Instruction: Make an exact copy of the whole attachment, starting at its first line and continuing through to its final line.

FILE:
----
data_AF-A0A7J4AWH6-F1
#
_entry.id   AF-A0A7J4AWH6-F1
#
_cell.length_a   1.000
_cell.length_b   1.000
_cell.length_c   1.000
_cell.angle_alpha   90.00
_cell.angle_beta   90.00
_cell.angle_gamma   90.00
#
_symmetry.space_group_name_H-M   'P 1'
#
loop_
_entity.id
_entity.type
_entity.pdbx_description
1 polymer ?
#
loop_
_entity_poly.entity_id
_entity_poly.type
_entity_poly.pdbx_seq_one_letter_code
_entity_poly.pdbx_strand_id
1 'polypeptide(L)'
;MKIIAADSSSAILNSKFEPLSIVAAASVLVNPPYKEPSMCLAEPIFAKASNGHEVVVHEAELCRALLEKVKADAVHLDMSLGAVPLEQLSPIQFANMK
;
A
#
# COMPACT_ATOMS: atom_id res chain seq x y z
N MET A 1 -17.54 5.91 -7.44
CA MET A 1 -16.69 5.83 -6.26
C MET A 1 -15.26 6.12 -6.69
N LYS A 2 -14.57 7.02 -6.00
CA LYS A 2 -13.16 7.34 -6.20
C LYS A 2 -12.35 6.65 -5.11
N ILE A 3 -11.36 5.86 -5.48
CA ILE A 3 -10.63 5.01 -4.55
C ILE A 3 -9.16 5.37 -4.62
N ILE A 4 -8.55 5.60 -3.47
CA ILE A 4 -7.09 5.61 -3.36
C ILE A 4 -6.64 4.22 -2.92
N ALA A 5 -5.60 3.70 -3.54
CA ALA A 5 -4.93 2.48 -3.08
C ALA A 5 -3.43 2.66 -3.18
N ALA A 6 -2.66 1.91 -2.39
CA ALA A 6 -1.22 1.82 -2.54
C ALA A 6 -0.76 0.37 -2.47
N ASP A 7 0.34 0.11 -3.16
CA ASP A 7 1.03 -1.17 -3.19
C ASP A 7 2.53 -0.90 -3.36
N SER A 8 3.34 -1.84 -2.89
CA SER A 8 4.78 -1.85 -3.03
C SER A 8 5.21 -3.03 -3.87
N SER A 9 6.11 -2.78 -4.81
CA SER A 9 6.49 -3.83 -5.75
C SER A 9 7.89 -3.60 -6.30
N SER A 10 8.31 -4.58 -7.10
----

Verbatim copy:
data_AF-A0A7J4AWH6-F1
#
_entry.id   AF-A0A7J4AWH6-F1
#
_cell.length_a   1.000
_cell.length_b   1.000
_cell.length_c   1.000
_cell.angle_alpha   90.00
_cell.angle_beta   90.00
_cell.angle_gamma   90.00
#
_symmetry.space_group_name_H-M   'P 1'
#
loop_
_entity.id
_entity.type
_entity.pdbx_description
1 polymer ?
#
loop_
_entity_poly.entity_id
_entity_poly.type
_entity_poly.pdbx_seq_one_letter_code
_entity_poly.pdbx_strand_id
1 'polypeptide(L)'
;MKIIAADSSSAILNSKFEPLSIVAAASVLVNPPYKEPSMCLAEPIFAKASNGHEVVVHEAELCRALLEKVKADAVHLDMSLGAVPLEQLSPIQFANMK
;
A
#
# COMPACT_ATOMS: atom_id res chain seq x y z
N MET A 1 -17.54 5.91 -7.44
CA MET A 1 -16.69 5.83 -6.26
C MET A 1 -15.26 6.12 -6.69
N LYS A 2 -14.57 7.02 -6.00
CA LYS A 2 -13.16 7.34 -6.20
C LYS A 2 -12.35 6.65 -5.11
N ILE A 3 -11.36 5.86 -5.48
CA ILE A 3 -10.63 5.01 -4.55
C ILE A 3 -9.16 5.37 -4.62
N ILE A 4 -8.55 5.60 -3.47
CA ILE A 4 -7.09 5.61 -3.36
C ILE A 4 -6.64 4.22 -2.92
N ALA A 5 -5.60 3.70 -3.54
CA ALA A 5 -4.93 2.48 -3.08
C ALA A 5 -3.43 2.66 -3.18
N ALA A 6 -2.66 1.91 -2.39
CA ALA A 6 -1.22 1.82 -2.54
C ALA A 6 -0.76 0.37 -2.47
N ASP A 7 0.34 0.11 -3.16
CA ASP A 7 1.03 -1.17 -3.19
C ASP A 7 2.53 -0.90 -3.36
N SER A 8 3.34 -1.84 -2.89
CA SER A 8 4.78 -1.85 -3.03
C SER A 8 5.21 -3.03 -3.87
N SER A 9 6.11 -2.78 -4.81
CA SER A 9 6.49 -3.83 -5.75
C SER A 9 7.89 -3.60 -6.30
N SER A 10 8.31 -4.58 -7.10